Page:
Excellence Reporter: Jana, what is the meaning of life?
Jana Long: Life is simple, but not easy. Fortunately, the things that are most simple happen automatically — respiration, circulation, digestion and elimination. Thank goodness I am not burdened trying to remember to breathe, blink or swallow!
What is not easy is to stay connected to a true reality — like sunrise and sunset, moon cycles, the movement of the stars, and seasonal changes, and to not pay undue credence to the mental stuff that transports me from the present and plunges me into the abyss of my mind. To climb out of it, I usually ask myself “why are you here?” This question snaps me back to a state of full awareness of what is unfolding in the present moment.
For me, the meaning of life is found in the simple act of bearing witness to the here and now. There is never a dull moment; the present is pregnant with reflections of the past and possibilities of the future. In every moment there are sights, sounds, smells, sounds, feelings and even at times silence to experience. I just watch.
When I feel my life is getting complicated, I go to my garden. With trowel in hand, I plant a seed; with clippers in hand, I collect a seed. I sit and listen to the birds and small creatures that manage to coexist in my urban environment as they communicate with each other. I just listen.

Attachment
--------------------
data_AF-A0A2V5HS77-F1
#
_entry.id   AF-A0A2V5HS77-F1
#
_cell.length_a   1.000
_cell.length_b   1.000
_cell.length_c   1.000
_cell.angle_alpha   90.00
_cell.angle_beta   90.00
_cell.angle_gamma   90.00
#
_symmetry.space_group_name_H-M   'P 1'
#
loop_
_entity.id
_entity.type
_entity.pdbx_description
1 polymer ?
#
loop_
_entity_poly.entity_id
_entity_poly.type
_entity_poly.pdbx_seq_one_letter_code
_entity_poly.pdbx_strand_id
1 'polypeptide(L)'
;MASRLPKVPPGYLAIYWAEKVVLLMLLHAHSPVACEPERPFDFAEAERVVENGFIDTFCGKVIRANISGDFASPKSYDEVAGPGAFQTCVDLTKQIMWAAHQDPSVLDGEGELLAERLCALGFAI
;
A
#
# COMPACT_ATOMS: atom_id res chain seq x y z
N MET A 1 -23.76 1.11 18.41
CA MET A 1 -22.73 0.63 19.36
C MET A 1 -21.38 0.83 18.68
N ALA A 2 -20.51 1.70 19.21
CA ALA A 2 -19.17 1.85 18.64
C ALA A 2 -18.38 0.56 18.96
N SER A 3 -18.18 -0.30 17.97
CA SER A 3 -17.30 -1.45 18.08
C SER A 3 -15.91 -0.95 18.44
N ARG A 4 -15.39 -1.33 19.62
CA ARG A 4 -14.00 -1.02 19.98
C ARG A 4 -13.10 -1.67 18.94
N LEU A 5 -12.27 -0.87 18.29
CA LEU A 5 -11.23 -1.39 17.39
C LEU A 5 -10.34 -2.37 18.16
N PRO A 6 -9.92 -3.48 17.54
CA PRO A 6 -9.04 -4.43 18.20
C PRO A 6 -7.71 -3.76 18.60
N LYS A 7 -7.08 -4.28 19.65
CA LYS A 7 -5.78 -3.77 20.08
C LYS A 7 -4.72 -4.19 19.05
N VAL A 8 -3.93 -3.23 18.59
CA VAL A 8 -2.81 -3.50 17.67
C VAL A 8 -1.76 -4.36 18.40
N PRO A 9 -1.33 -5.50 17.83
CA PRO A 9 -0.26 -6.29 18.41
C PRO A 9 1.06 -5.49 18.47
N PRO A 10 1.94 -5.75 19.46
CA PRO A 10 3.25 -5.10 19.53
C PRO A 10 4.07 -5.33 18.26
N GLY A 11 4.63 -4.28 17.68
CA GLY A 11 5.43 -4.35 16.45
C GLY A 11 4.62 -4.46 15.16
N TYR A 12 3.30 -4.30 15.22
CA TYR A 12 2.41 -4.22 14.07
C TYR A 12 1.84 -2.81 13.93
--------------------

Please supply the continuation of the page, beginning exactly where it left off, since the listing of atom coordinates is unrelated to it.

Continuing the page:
When I am searching for understanding, I find solid ground to stand on. If at all possible, I put my bare feet on the earth. I look between the blades of grass and meditate on what is underfoot. I think the meaning of life is to be at peace. I just surrender.
~Jana Long, is the director of Power of One Yoga Center and Executive Director of the Black Yoga Teachers Alliance. She is an integrative wellness practitioner, yoga teacher, meditation facilitator and spiritual life coach. Her practice and study of yoga spans more than 40 years. She is an experienced teacher certified in Integrative Yoga Therapy, Kripalu Yoga and the Wise Earth Ayurvedic tradition of self-care. She is an initiate into the Satyananda Yoga tradition whose central teachings are “serve, love and give.” She was given the spiritual name Gyanamati, which means “Wise Mother” by her guru Swami Niranjanananda Saraswati. Jana is also a writer, master gardener and ardent student astrology. She manages a small client-based yoga practice, teaches community college courses in the therapeutic application of yoga for seniors and leads classes in yoga and meditation for cancer management. She is fortunate to embody the multi-faceted, divinely feminine roles of daughter, sister, wife, mother, aunt and grandmother.
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